But the exciting thing was that there was a significant durability signal. At 1 year 45% of eyes in the faricimab group were on a Q16-week dosing interval, and another 33% of eyes were on a Q12-week dosing interval, so 78% of eyes were on Q12 weeks or longer, which is certainly an impressive interval for the treatment of wet AMD. In the phase 3 DME trials, YOSEMITE and RHINE, these were large DME studies – the largest ever, I believe, with almost 1,900 patients enrolled. And these studies included 2 faricimab arms. One arm gave faricimab on a fixed 8-week dosing schedule after a loading period of 6 doses, and then the other arm was called the personalized treatment interval [PTI] arm, which gave 4 loading doses of faricimab and then additional treatment was given according to whether the eye was stable, worsening, or improving. Intervals could be extended as long as 16 weeks, and again, these faricimab arms were compared to aflibercept. And what we saw at the 1-year primary endpoint was that the visual and anatomic outcomes were noninferior to aflibercept in both faricimab arms.
But I really want to focus on the PTI arm, which was essentially a treat-and-extend arm, and at 1 year just over 50% of eyes in the PTI arm were on a 16-week dosing interval, and another 20% were on a 12-week dosing interval. So you had 70% of eyes at 1 year on a 12-or-longer dosing interval. So the recent presentation of the 2-year results of these studies was highly anticipated because we wanted to see if this durability signal was sustained through 2 years. And indeed, it was not only sustained, it was increased. At the 2-year timepoint, 60%-65% of the faricimab-treated eyes were on a Q16-week dosing, and another 15%, roughly, were on Q12-week dosing, so it was 80% of eyes were able to go 12 weeks or longer between their dosing. And again, this was without any loss of efficacy in terms of vision or central subfield thickness reduction.
We also saw some new data from the brolucizumab studies, KITE and KESTREL, looking at a treatment of DME, and it had good efficacy, but again, the safety concerns with brolucizumab are likely to limit its use. Fortunately, with faricimab, there were no safety concern. There were no increased rates of intraocular inflammation, and there were no cases of retinitis or occlusive vasculitis with faricimab, so that was very encouraging to see that.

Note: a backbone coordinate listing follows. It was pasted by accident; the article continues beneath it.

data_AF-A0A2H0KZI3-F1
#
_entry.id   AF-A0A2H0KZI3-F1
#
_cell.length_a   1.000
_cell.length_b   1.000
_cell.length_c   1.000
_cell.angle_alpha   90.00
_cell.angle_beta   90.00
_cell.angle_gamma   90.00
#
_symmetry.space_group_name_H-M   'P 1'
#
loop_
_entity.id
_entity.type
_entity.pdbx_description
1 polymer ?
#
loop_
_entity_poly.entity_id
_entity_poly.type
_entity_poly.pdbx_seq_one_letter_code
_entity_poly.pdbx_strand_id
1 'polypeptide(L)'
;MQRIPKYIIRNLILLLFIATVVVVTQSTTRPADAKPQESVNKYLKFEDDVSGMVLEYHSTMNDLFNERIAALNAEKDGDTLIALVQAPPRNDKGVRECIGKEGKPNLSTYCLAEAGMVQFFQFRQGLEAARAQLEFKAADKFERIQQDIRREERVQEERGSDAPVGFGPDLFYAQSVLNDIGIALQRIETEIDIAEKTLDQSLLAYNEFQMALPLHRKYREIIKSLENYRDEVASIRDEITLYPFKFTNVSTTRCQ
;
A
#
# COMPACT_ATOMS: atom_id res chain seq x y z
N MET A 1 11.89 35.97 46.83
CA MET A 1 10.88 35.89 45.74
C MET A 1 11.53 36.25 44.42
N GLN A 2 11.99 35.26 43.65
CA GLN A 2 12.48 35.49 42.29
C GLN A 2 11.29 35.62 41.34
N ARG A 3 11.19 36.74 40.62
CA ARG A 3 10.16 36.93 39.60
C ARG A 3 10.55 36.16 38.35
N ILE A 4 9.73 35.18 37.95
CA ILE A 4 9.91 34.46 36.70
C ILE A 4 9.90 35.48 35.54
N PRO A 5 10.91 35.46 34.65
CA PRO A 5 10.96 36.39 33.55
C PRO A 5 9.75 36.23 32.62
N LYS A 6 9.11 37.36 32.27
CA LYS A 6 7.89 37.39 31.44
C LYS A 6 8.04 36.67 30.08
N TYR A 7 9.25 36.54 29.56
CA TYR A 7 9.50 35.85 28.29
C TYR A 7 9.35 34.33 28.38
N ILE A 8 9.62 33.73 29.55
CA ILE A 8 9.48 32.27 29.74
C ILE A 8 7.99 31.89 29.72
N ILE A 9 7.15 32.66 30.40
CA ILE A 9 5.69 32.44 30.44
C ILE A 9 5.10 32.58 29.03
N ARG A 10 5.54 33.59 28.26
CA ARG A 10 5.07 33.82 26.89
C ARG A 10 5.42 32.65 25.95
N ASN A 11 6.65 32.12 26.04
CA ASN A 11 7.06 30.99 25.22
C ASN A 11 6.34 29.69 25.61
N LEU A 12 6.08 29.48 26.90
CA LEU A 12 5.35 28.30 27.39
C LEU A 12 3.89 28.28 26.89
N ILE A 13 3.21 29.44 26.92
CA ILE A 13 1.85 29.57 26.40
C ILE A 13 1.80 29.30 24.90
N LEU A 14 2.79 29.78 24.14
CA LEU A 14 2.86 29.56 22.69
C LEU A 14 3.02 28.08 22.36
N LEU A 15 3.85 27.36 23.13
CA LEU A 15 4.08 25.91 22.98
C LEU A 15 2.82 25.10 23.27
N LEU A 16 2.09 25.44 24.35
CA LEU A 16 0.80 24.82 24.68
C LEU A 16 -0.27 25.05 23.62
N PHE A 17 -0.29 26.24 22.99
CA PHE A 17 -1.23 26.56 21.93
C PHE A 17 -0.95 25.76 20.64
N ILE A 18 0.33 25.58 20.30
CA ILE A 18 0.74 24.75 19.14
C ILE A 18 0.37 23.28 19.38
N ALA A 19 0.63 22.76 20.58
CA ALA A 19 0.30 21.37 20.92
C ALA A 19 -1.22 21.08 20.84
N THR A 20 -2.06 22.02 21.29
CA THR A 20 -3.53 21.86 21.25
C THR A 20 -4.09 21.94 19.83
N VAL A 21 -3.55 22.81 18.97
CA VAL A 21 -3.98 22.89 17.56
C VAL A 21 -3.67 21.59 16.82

So if you want more information on the efficacy of these agents, please visit EyeHealthAcademy.org.
For those just tuning in, this is CME on ReachMD. I’m Dr. Diana Do, and today I’m joined by my friend and colleague, Dr. Jack Wells. We’re discussing second-generation medicines for the treatment of both neovascular age-related macular degeneration and diabetic macular edema. We’re looking at the new mechanisms of action and how these translate into clinical outcomes.
Jack, thank you for that review of faricimab’s clinical data. How should we think about using faricimab compared to aflibercept or ranibizumab in eyes with neovascular age-related macular degeneration?
Well, Diana, you know as well as I do that one of the difficult things about treating patients with wet macular degeneration is that it’s a chronic disease, and patients frequently need to be treated on a monthly or nearly monthly basis to keep their disease stable and keep their vision stable. The exciting thing about faricimab is this durability signal that we’ve seen in these studies. And so I frequently treat patients with aflibercept or ranibizumab, but those patients that are treated with those medicines that are requiring monthly therapy, I’m certainly going to look to switching them to faricimab to see if we can get that extended treatment interval. As I gain experience with faricimab in that fashion, I’ll certainly be continuing to use aflibercept or ranibizumab, but I will start to hopefully use faricimab in my treatment-naïve patients as well.
I agree with you completely. I think there certainly is a role for faricimab with its new compelling data, but I think the safety records of aflibercept and certainly ranibizumab also are excellent, and certainly many patients continue to receive these therapies and do well, too.